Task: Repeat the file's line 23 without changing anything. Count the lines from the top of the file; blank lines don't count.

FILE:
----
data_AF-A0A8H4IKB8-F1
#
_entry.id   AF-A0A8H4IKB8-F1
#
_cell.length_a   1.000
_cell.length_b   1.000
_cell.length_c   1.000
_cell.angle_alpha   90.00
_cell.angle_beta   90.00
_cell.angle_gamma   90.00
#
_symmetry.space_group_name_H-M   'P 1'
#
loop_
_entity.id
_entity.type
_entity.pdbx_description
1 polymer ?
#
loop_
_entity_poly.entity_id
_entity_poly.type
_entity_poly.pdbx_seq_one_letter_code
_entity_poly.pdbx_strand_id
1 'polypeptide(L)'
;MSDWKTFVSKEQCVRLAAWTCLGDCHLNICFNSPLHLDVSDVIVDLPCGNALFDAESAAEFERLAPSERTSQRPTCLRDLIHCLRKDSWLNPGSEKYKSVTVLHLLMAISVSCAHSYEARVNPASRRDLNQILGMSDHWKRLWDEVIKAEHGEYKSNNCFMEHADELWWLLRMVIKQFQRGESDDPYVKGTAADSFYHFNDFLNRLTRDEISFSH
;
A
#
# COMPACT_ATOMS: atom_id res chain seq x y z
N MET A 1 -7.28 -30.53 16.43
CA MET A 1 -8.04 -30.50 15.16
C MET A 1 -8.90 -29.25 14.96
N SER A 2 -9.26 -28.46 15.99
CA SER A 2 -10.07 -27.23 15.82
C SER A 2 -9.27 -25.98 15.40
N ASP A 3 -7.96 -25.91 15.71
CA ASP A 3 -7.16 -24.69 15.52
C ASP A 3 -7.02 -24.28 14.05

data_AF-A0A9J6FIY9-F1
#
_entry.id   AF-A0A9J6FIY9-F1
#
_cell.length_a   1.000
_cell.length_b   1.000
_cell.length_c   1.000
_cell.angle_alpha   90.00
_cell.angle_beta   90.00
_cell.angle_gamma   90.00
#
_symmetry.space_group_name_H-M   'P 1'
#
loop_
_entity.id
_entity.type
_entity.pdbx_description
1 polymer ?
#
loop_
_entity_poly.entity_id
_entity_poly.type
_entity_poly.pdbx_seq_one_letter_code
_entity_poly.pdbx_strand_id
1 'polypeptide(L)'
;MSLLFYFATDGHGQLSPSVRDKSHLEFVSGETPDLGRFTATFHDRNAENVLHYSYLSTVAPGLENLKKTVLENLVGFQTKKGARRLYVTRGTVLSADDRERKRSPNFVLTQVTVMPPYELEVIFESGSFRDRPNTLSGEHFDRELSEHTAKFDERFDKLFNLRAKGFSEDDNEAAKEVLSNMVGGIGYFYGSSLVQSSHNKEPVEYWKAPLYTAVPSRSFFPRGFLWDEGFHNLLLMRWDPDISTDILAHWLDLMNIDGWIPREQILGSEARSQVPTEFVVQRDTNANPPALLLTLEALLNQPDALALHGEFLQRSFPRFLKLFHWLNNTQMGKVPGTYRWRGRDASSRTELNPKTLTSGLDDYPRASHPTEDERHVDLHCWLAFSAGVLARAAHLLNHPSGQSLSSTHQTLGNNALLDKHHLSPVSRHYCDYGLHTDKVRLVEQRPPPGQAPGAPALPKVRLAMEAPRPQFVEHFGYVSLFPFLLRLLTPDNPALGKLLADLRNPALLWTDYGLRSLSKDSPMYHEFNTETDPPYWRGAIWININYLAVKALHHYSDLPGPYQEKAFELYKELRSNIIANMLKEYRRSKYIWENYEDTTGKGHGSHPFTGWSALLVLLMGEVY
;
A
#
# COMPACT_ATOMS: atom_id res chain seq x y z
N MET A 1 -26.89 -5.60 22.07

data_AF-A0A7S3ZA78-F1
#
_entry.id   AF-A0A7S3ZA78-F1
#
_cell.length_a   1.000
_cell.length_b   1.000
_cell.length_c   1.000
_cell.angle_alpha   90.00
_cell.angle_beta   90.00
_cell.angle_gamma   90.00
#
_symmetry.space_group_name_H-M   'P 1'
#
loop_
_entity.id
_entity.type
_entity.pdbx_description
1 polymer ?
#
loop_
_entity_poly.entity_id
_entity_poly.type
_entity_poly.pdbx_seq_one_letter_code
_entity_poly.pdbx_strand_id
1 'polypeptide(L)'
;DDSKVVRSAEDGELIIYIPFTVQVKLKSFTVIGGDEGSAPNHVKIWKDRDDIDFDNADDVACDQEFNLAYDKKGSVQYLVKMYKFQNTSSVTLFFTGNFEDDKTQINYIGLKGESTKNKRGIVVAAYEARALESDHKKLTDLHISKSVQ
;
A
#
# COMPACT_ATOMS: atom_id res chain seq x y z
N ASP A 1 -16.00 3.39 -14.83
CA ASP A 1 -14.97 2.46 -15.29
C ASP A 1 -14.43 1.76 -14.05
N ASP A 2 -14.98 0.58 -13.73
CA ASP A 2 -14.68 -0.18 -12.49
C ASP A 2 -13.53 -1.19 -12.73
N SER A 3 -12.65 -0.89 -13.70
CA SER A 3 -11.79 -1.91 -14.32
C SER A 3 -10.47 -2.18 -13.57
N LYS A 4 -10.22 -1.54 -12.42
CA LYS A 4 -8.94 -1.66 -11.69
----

_entity_poly.pdbx_seq_one_letter_code